More than 100 NHS trusts have a worse gender pay gap than a year ago

One year since the first gender pay gap figures were published, women working in the public sector in England are paid even less than their male counterparts. Whereas public bodies reported a median gender pay gap of 14% last year, analysis by the Guardian shows that far from decreasing, it has increased slightly to 14.1%.

All organisations with more than 250 employees have to publish their gender pay gap data. The deadline for the public sector was 31 March, while charities and companies have until 4 April to report. The median gap is the difference in hourly pay between the employee in the middle of the range of male wages and the middle employee in the range of female wages.

The health service fared particularly badly. Despite a predominantly female workforce and rigorous pay scales put in place more than 15 years ago to prevent pay inequality, men working in NHS trusts are paid 10% more than their female peers. The figures follow revelations last week that female doctors in England typically earn £1,166 less a month than their male counterparts, according to government-commissioned research.

The size of the disparity at individual NHS trusts is also increasing. Whereas last year 19 NHS trusts had median pay gaps of 20% or above, this year 24 did, while 60 had gaps in excess of the public sector median of 14.1%. In all, 125 trusts’ pay gaps have worsened, widening their average median pay gap from 9.2% to 10.1%.

The Queen Victoria Hospital NHS foundation trust in West Sussex reported the highest pay gap of almost 40%, despite women making up more than half of the highest earners and 83% or more of all other pay levels at that trust. A trust spokeswoman said the gap was due to 54 of their highest-earning consultants being male, compared with only 18 female consultants. “This will change as we appoint more female consultants and as our current female doctors progress into more senior roles.” Dartford and Gravesham NHS trust and the Royal Orthopaedic Hospital in Birmingham reported gaps of 28.4% and 27.8% respectively.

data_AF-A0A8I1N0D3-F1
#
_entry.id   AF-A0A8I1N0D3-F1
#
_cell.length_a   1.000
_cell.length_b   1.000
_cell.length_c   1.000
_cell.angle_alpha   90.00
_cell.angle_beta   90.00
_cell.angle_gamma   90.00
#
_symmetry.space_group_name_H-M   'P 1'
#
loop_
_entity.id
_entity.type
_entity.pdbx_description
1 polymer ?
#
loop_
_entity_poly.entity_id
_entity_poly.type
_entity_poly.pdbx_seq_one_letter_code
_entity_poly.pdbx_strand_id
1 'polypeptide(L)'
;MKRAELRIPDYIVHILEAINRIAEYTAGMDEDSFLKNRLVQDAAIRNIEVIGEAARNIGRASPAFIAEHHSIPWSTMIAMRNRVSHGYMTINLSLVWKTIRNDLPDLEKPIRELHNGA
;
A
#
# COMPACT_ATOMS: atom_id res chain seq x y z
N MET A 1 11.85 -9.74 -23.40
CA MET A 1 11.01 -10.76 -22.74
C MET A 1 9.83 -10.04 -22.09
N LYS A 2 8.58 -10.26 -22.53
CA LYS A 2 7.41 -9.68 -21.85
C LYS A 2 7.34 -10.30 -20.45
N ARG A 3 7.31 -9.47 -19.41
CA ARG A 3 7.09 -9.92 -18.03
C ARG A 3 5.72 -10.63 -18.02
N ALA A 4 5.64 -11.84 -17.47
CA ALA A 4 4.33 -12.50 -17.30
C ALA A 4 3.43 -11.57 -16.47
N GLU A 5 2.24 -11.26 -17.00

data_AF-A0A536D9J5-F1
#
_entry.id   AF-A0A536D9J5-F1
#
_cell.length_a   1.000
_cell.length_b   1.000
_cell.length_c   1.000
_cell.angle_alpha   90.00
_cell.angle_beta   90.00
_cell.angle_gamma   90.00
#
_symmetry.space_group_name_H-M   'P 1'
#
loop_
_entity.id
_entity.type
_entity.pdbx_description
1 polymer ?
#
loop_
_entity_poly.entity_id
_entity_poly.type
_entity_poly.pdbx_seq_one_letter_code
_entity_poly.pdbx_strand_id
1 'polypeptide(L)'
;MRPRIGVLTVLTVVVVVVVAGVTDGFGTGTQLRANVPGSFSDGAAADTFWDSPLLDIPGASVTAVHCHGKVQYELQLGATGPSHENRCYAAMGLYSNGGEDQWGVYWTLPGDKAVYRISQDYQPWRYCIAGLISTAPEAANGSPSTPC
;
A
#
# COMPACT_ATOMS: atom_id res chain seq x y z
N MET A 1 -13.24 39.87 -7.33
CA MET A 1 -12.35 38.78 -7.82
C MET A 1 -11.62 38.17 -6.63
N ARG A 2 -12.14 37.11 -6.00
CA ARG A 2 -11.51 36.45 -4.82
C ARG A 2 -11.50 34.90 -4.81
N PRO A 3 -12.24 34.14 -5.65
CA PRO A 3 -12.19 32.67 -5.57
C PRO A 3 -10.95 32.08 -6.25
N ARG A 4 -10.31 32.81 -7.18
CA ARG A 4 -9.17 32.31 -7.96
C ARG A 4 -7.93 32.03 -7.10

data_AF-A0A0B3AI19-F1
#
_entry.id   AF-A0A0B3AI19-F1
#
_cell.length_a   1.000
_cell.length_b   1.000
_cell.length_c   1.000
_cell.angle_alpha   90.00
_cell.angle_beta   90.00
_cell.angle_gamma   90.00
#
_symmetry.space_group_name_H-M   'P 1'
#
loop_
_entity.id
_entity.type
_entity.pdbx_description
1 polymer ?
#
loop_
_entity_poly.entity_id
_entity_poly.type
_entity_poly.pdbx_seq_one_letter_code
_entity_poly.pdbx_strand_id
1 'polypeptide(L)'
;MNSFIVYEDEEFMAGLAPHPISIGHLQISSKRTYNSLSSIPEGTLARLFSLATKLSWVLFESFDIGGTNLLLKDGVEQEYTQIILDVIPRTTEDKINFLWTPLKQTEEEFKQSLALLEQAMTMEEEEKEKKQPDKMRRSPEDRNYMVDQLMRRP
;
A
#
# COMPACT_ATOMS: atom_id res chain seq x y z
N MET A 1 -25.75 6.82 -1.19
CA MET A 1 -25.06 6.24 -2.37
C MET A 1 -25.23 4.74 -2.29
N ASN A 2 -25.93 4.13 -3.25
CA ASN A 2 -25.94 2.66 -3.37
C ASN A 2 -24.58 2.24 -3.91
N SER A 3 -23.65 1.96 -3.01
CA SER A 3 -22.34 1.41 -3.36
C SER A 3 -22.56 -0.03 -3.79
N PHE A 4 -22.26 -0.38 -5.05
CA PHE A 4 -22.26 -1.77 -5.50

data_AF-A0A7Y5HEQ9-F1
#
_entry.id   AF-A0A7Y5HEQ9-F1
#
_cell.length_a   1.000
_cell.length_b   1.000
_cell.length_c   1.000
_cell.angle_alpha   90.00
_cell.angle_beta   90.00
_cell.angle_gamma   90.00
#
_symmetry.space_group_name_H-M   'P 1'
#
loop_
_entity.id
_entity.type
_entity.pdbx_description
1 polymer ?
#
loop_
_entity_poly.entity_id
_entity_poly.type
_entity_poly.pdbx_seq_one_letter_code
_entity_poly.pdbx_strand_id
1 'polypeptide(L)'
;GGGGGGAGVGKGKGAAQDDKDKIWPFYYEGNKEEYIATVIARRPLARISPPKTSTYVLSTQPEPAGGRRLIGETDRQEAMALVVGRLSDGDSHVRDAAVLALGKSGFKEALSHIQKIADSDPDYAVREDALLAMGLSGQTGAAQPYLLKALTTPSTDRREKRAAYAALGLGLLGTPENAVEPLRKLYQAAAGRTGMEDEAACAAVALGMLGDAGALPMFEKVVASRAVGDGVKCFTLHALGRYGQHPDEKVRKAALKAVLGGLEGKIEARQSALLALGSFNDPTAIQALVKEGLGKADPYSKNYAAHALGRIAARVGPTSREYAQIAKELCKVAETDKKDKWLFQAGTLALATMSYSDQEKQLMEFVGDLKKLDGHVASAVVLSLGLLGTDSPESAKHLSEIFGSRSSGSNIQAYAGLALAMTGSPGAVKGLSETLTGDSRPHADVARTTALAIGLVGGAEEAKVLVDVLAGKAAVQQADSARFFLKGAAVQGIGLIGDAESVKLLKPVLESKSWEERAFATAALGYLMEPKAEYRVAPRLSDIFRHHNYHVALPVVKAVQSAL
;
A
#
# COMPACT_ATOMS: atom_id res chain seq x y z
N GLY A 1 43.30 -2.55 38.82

But these gaps pale into insignificance compared to those posted by other health providers. Vida Healthcare, which runs nursing homes in Harrogate, North Yorkshire, reported a median gap of 79.3% – the biggest in the entire public sector. It is followed by Suffolk GP Federation with 74.8%. Community Dental Services reported a gap of 61%, and another super GP practice, Modality Partnership in Birmingham has a 60.7% gap, while Intrahealth, which runs GP practices and pharmacies in the north-east, has a median gap of 57.4%.

David Pannell, chief executive of the Suffolk GP Federation, says its gap is due to the “relative lack of women doctors in senior positions within our organisation”, combined with the fact that 95.5% of its lowest earners are women. “We are committed to closing our gender pay gap, but achieving this will take us some time,” says Pannell. “We believe it will require a combination of deliberate actions and a change in our culture, such as senior leadership development programmes and ensuring all our employees are afforded a more flexible working environment. We value all our employees greatly and are committed to making sure everyone is paid fairly for the job they do, regardless of gender.”

According to Nic Hammarling, head of diversity at specialist diversity consultancy Pearn Kandola, women are much better represented at senior levels in the public sector than they are in the private sector. However, even in those organisations where women make up nearly half the senior grades, there is often still a significant gender pay gap. She says this is largely driven by women being disproportionately represented at the most junior grades. “There is an issue with how female talent at the bottom of the organisation is being developed and progressed, but also female talent is often recruited in junior roles with limited promotion prospects…”

Read the full article on The Guardian.

 

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